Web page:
The Nation Still Doesn't Know How Democracy Works

Jan 18th, 2010 | By | Category: The Nation

There is a certain irony to government because people do not like politicians, but, by definition, only politicians can run for political office. This makes for complicated relationships not only between the people and their political leaders, but the political leaders in their offices. The Nation, however, has proposed a modest solution that will solve all of these problems. Government leaders who are also politicians should simply quit. Brilliant!

In the editorial, “President in City,” The Nation writes a disjointed argument that starts by saying that President Zardari’s trip to the provinces proves that the country can continue to run when he is not in Islamabad. I am glad that The Nation has figured this out finally. I am worried, though, that these editors were staying home when Zardari was making overseas trips to the UN or to visit other heads of state. Did they think the country was shut down?

But the really funny part is when The Nation finds out that the President is a politician!

…the President may have realised by now that his position as President is in conflict with his position as head of one of the country’s two largest political parties. 

This realization has apparently caused great concern for the wise old men and women at The Nation. How can someone be a politician and be the leader of all people?

…he is supposed to be the foremost representative of the Federation, indeed its symbol, and should be open to all shades of politics, not just to those belonging to one party. However, the co-chairman of a party is expected to give ear to members of the party whenever he moves into the nation outside his capital.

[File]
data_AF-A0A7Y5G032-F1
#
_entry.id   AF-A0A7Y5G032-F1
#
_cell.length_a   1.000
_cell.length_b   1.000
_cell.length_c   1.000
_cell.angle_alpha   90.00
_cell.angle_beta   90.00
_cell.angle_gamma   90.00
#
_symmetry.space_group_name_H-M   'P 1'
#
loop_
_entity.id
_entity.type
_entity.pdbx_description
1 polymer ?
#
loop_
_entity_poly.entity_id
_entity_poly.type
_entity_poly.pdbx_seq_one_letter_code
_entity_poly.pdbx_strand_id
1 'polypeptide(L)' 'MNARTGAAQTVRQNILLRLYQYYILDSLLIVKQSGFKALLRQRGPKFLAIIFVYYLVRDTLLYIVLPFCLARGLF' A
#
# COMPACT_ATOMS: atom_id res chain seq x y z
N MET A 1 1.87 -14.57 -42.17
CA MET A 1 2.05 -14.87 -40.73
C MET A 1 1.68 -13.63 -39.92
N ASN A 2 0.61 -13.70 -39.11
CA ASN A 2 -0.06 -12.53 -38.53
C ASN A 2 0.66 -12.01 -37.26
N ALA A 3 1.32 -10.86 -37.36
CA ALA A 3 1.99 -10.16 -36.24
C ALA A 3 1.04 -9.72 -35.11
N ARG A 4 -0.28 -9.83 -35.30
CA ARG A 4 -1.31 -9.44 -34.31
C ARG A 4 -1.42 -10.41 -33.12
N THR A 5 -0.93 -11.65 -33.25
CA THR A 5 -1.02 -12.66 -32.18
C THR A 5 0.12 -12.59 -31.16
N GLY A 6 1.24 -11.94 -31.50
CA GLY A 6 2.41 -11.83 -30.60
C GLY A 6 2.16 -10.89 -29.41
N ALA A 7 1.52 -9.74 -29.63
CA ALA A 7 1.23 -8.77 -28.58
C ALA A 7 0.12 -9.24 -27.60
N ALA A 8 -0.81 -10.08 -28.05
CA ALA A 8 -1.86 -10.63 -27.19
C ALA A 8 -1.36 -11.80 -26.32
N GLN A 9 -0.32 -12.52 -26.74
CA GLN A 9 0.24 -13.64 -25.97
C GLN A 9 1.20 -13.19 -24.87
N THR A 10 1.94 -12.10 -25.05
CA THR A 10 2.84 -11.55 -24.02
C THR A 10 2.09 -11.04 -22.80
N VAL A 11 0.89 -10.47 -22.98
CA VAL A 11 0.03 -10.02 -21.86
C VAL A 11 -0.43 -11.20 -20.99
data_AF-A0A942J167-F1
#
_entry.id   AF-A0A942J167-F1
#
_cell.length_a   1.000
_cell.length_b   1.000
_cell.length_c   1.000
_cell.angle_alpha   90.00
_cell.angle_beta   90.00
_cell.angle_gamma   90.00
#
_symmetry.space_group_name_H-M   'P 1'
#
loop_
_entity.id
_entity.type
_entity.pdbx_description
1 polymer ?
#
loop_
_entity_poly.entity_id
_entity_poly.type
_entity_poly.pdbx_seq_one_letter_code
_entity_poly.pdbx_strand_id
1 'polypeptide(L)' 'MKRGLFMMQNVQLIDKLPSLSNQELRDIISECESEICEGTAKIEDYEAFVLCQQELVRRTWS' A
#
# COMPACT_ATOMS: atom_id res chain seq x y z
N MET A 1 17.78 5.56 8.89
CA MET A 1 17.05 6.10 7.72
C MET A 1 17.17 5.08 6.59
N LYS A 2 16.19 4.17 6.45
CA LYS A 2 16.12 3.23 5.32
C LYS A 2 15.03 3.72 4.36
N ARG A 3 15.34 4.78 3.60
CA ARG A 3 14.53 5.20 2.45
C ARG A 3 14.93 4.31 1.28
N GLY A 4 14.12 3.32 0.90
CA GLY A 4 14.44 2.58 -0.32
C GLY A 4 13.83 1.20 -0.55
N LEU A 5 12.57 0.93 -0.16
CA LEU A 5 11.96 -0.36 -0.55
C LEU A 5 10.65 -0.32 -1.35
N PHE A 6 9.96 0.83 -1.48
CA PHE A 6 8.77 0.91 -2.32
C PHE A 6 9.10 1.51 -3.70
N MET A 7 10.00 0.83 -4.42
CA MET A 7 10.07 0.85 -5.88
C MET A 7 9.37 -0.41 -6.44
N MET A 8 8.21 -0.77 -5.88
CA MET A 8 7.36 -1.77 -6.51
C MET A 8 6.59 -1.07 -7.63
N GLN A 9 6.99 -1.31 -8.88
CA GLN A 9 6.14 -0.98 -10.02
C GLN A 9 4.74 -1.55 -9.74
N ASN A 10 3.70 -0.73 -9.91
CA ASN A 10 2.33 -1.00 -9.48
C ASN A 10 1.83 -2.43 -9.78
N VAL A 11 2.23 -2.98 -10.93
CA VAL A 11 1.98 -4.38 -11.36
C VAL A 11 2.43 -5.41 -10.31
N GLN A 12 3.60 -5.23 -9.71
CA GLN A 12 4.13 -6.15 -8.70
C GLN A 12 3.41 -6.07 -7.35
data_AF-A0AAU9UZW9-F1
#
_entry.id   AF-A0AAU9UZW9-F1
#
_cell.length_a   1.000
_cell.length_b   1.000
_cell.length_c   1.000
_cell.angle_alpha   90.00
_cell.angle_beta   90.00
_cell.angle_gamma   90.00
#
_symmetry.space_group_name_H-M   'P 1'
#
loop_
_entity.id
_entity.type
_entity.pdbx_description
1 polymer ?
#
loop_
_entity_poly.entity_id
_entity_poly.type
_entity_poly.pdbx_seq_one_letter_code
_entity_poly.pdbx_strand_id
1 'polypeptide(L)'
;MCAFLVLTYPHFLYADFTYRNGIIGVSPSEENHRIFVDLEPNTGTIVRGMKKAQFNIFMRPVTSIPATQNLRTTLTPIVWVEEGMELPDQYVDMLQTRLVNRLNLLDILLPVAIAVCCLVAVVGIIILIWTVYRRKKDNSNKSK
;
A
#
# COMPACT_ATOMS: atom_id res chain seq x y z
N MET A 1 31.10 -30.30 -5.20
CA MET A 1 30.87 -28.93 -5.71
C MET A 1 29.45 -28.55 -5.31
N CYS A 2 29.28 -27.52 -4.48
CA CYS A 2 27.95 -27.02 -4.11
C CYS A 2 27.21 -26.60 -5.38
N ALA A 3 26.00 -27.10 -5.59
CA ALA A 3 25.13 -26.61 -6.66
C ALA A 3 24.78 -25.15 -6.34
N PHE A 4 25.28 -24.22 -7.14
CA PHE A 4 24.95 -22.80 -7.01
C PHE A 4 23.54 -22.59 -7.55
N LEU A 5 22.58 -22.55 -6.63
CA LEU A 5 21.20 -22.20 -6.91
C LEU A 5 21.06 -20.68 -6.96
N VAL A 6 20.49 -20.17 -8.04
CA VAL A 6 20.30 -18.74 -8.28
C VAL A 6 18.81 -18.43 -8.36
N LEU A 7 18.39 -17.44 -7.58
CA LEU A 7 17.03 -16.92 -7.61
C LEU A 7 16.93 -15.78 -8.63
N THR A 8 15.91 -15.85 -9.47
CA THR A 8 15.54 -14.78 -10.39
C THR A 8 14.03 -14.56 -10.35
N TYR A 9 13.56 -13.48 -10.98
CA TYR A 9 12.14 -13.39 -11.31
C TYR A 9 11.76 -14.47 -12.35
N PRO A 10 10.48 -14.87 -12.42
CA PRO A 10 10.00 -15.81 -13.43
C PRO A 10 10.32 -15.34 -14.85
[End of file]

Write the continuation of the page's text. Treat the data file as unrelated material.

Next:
This made me laugh out loud. Who does The Nation believe should be in government? Someone with no political party? Of course, The Nation‘s editorial page often drips with nostalgia for the bygone days of military dictatorship, so this could very well be true. But Pakistan is no longer a dictatorship (Alhamdulillah), and it is a ridiculous assertion that a democracy would be run by people with no political party. Is USA President Barack Obama not the leader of his Democratic Party? Is UK PM Gordon Brown not the leader of his Labour Party? Is Angela Merkel not the Chancellor of Germany and also the Chairwoman of the Christian Democratic Union political party?

Okay, clearly The Nation does not understand how a democracy works. But what is their solution for the confusing situation in which Mr. Zardari is both President and a politician? He must resign! Naturally! It is almost as if this article was written backwards. I can hear the conversation at The Nation‘s offices now:

“Okay, so we want a new editorial that says Mr. Zardari should resign.”

“Yes, but he seems to be doing everything that we are demanding! He has condemned the drone attacks, he has traveled to the provinces, he is working with opposition parties…what new way can we think to condemn him?”

“I know! We will say he is a politician!” 

Lately I have begun to wonder if Mr. Nadeem Paracha is not secretly writing the editorial page for The Nation as it has become some of the best political satire in the country. According to the logic of The Nation, no politician can be president. Brilliant!

It is clear that The Nation has some vendetta against the President and will not be happy until he resigns. That is certainly their right. But perhaps they should just be honest and write an editorial called, “We have a vendetta against the President and do not have any good reason, but would only like it if he resigns.” This would be much more honest and not require them to write such silliness as saying politicians should not be President.

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